Anonymous group warns of more Kenya cyber attacks

Anonymous groupThe ongoing cyber-attacks on web and social sites operated by the government, the military and top leaders is part of an effort to expose corruption in Kenya, a ‘hacktivist’ group has claimed.

A member of hacker group Anonymous on Friday told Radio France International (RFI) that they infiltrated Twitter accounts belonging to Kenya Defence Forces and defaced several government websites after unnamed anti-corruption crusaders ‘cried for help’.

In its latest attack, the cell Anon_0x03 on Friday cracked, took control and used Deputy President William Ruto’s verified Twitter account to tweet a list of government websites it had hacked.
“Someone asked for help and we work for people across the world,” a member of the Latin American-based Anonymous cell told RFI’s English service, adding that they “feel that there is a lot of corruption,” but people “don’t pay attention to Africa”.

Other government websites hacked this week are Immigration and Registration of Persons, National Environment Trust Fund and Integrated Financial Management Information System (IFMIS), which contains sensitive financial data.

IFMIS interlinks government planning, budgeting, expenditure management and control, accounting, audit and reporting to curb misuse of funds and corruption.


In the interview with RFI, the Anonymous member warned of more attacks, saying “Kenya is a good target”.

The frequency and cases of hacking web and social sites operated by state agencies and leaders have increased since January 2012 when an Indonesian hacker called direxer took down 103 sites.

More than 10 government websites have been hit since then, including those operated by the Central Bank of Kenya (July 2013), the Attorney-General’s Office (April 2013) and the Transport ministry (March 2014).

Kenya Police suffered several attacks in 2011 while the Treasury website ( was hacked by ReisBEY Muslim Turkish Hacker in November 2010.

While the hackers have not been expressly stating the reasons behind their nefarious campaigns, a look at their posts on the affected sites gives clues about their motivations.

After infiltrating KDF Twitter account on Monday, for instance, Anon_0x03 posted: “#cartels run Kenya, #sugar, #insecurityKE, #corruptionKE, #ivorytraffickingKE, #rhinopoachingKE”.

The hashtags confirm the Anonymous member’s claim that they were backing the fight of unnamed anti-corruption campaigners.


Runaway insecurity, the rot in the sugar sector and the slaughter of elephants and rhinos for ivory have all been linked to rank corruption in government. Some ivory hauls seized at the port of Mombasa and Jomo Kenyatta airport have been linked to powerful people in the current and former regimes.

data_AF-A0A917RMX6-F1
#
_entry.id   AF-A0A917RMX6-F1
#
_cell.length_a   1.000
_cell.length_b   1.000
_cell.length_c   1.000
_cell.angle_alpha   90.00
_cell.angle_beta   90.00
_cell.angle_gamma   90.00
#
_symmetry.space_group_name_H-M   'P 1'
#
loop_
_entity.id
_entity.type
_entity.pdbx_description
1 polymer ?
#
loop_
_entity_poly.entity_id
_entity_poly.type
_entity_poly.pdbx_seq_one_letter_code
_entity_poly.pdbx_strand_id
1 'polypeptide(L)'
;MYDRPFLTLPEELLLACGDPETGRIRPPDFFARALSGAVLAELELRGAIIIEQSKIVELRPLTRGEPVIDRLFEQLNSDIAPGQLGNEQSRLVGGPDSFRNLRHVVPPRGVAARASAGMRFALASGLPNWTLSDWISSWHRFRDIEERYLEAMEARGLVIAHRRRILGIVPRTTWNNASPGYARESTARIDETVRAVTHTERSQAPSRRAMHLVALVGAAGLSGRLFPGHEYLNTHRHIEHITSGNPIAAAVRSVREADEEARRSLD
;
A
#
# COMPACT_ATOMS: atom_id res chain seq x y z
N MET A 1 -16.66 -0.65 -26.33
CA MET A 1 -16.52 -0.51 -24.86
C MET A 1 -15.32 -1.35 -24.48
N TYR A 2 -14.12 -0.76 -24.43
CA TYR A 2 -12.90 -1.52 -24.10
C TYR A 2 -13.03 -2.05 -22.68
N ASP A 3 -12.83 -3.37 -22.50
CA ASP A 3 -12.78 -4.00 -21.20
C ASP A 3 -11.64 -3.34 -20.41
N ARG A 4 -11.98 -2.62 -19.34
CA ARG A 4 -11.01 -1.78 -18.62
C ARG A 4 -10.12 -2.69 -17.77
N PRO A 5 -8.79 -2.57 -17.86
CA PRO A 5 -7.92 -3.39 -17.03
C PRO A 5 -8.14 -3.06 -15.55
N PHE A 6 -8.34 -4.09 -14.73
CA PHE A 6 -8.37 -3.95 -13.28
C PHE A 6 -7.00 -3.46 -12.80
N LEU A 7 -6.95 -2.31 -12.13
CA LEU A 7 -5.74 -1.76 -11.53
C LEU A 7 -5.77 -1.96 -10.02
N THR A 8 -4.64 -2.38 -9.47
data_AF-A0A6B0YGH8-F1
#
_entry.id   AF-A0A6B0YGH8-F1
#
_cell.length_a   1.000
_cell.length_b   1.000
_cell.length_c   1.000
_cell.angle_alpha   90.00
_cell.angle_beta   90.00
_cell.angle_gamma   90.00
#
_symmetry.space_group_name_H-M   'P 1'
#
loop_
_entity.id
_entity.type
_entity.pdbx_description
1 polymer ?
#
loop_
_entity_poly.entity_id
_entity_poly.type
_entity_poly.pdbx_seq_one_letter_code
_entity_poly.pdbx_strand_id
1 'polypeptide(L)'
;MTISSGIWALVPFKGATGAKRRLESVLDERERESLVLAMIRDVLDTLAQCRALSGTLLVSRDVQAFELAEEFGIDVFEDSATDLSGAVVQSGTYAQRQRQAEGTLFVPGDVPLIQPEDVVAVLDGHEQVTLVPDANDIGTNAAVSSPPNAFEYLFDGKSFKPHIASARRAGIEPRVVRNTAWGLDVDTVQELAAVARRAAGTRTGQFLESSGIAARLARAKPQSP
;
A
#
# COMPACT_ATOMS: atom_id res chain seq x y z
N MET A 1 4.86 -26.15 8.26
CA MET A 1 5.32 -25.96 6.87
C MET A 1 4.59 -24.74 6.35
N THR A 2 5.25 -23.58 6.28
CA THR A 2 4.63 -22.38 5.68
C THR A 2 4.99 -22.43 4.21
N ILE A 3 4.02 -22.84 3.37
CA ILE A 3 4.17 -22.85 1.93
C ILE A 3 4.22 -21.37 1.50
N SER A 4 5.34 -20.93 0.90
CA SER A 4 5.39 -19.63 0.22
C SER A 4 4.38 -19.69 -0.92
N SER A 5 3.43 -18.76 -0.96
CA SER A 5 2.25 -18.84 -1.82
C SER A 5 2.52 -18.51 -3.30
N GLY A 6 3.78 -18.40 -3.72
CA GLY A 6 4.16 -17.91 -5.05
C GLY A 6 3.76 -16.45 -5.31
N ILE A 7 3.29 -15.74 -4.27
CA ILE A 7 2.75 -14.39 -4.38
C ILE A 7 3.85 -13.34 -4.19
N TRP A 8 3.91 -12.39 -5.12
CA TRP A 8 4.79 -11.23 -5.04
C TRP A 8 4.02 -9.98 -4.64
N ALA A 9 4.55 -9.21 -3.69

The hackers also, saying the hacking was “war”. It added that “violence produces violence” and faulted seemed to warn Kenya and KDF over the ongoing military campaign against terror in Somalia KDF for “spending money on AK47s”— messages that ran alongside images of hungry-looking children.

Gaza Hacker Team, which attacked CBK website on July 22, 2013 had a similar message: “But all your interests and your citizens in all parts of the world will be our legitimate targets! So, if you want the safety of yourselves, possessions and interests from our revenge, depart all soldiers from our land”.

Anonymous has also been supporting political dissidents in various parts of the world, including the Arab spring that rocked African countries like Tunisia, Libya and Egypt. The group helped protesters to hack government websites while protecting theirs from surveillance by state security agencies.

However, some attacks seem to be driven by the ultimate prize for all enterprising hackers— money. The attacks on Central Bank of Kenya, IFMIS and The Treasury point to that direction.


The Department of Defence, which is in charge of KDF operations, is believed to be one of the victims of hackers. The department is believed to have lost billions of shillings it was transferring to Ukrainian arm dealers over unsecured internet protocols (http) in 2008.

The hitherto unknown number of billions were intercepted by Russian hackers never to be recovered.

Attacks on Kenya have been increasing in the recent times as they reduce globally, according to statistics from Zone H— a site that tracks defacement attacks against websites.

Last year, the site recorded a 200,000 drop in the attacks from 1.6 million in 2012. This year, 600,000 cases have been recorded so far.

Besides Anonymous, other notorious hacker groups are Milworm, Masters of Deception, LulzSec, Network Crack Program Hacker Group,TeaMp0isoN, globalHell, The Level Seven Crew, Global KOS and Chaos Computer Club.

Hackers are loved and loathed in equal measure, global trends show.

While dozens of people have been arrested for involvement in Anonymous cyber-attacks in the US, UK, Australia, the Netherlands, Spain, and Turkey, for instance, TIME magazine listed the group as one of the 100 most influential people in the world in 2012.




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